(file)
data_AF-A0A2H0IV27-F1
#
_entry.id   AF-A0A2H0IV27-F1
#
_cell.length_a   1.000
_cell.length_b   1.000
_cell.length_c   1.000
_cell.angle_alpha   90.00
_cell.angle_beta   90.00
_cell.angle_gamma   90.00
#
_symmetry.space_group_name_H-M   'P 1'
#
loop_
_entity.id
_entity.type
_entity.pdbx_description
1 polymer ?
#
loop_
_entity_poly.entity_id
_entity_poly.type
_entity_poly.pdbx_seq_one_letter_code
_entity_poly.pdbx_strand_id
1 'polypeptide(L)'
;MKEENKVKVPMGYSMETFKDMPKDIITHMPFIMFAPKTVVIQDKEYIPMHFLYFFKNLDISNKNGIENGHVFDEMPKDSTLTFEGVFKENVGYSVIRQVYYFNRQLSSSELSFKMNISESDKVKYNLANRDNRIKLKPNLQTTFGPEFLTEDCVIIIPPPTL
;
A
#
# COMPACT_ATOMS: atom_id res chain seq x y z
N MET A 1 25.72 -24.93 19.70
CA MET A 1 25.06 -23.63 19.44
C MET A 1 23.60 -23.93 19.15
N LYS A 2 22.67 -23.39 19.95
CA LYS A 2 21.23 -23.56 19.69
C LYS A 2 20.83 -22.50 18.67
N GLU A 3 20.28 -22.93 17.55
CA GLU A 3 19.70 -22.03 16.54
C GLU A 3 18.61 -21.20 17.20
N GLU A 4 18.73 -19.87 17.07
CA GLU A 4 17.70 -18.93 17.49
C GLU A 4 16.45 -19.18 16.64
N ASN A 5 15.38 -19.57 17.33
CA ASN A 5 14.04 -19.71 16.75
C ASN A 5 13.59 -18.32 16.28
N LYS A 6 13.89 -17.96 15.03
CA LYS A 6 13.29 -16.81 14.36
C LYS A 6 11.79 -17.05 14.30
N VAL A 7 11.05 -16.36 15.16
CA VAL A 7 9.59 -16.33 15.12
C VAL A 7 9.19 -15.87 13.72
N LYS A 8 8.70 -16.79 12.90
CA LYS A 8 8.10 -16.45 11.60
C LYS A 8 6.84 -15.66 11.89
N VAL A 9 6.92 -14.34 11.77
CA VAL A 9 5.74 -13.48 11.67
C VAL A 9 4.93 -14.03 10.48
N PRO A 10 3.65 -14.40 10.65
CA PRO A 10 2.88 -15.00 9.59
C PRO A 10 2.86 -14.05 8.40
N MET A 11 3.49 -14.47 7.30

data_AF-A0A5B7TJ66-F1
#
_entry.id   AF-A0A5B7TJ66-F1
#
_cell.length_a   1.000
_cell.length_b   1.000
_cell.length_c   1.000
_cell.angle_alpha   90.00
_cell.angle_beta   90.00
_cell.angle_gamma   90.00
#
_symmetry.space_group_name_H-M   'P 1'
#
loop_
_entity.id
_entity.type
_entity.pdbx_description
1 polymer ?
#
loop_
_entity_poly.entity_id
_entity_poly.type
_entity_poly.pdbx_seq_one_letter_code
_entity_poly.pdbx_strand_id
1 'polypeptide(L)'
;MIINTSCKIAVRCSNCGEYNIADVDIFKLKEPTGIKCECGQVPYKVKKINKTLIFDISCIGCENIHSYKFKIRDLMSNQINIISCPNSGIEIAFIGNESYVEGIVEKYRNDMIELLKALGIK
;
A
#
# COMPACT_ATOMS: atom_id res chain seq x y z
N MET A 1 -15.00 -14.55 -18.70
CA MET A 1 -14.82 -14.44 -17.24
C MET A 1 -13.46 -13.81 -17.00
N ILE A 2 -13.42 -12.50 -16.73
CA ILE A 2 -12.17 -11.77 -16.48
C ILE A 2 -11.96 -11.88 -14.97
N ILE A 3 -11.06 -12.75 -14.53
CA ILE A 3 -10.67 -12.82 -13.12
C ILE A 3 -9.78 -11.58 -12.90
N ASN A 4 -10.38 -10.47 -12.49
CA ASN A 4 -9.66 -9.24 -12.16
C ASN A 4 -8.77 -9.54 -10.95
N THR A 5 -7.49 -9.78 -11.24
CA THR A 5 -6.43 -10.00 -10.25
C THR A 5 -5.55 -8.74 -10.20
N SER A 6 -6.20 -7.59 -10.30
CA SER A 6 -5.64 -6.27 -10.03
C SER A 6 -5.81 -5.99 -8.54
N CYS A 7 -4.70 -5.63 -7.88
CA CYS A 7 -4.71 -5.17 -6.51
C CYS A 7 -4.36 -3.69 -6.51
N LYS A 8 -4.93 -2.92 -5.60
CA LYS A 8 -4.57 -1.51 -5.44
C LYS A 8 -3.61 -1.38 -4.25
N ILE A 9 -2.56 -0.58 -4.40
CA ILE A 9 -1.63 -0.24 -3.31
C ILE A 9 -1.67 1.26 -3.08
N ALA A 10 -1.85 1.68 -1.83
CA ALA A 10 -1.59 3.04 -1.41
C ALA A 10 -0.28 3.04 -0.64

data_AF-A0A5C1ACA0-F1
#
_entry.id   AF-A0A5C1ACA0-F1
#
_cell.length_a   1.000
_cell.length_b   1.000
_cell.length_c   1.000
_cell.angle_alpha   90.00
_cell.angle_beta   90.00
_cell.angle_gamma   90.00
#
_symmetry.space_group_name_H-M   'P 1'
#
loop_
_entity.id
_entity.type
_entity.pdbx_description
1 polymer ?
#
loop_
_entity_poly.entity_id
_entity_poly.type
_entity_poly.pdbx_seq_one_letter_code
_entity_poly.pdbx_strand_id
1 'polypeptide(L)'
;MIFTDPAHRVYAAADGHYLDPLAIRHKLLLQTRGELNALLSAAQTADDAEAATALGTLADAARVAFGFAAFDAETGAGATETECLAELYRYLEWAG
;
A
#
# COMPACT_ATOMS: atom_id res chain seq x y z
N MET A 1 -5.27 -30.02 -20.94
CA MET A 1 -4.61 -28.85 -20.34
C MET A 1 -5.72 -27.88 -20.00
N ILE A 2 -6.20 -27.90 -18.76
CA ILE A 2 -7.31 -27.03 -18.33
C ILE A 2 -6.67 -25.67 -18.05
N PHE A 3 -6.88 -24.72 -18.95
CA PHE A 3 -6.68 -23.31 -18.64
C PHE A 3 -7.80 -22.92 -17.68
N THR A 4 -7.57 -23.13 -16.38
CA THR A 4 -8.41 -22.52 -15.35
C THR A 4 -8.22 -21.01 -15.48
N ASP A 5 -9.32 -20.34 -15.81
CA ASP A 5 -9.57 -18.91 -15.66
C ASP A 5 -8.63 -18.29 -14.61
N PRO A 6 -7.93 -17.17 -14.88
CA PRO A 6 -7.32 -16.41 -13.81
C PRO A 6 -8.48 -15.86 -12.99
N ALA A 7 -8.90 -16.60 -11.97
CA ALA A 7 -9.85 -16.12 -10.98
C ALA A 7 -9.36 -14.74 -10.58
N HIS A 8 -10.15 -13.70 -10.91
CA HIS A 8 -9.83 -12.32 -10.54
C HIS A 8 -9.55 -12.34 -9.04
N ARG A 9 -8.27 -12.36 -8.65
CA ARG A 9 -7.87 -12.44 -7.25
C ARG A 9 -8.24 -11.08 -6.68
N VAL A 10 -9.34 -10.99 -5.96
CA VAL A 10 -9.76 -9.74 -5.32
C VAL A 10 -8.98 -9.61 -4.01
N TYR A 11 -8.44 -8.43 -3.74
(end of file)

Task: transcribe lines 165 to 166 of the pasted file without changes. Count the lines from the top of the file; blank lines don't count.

CA ASP A 5 -9.57 -18.91 -15.66
C ASP A 5 -8.63 -18.29 -14.61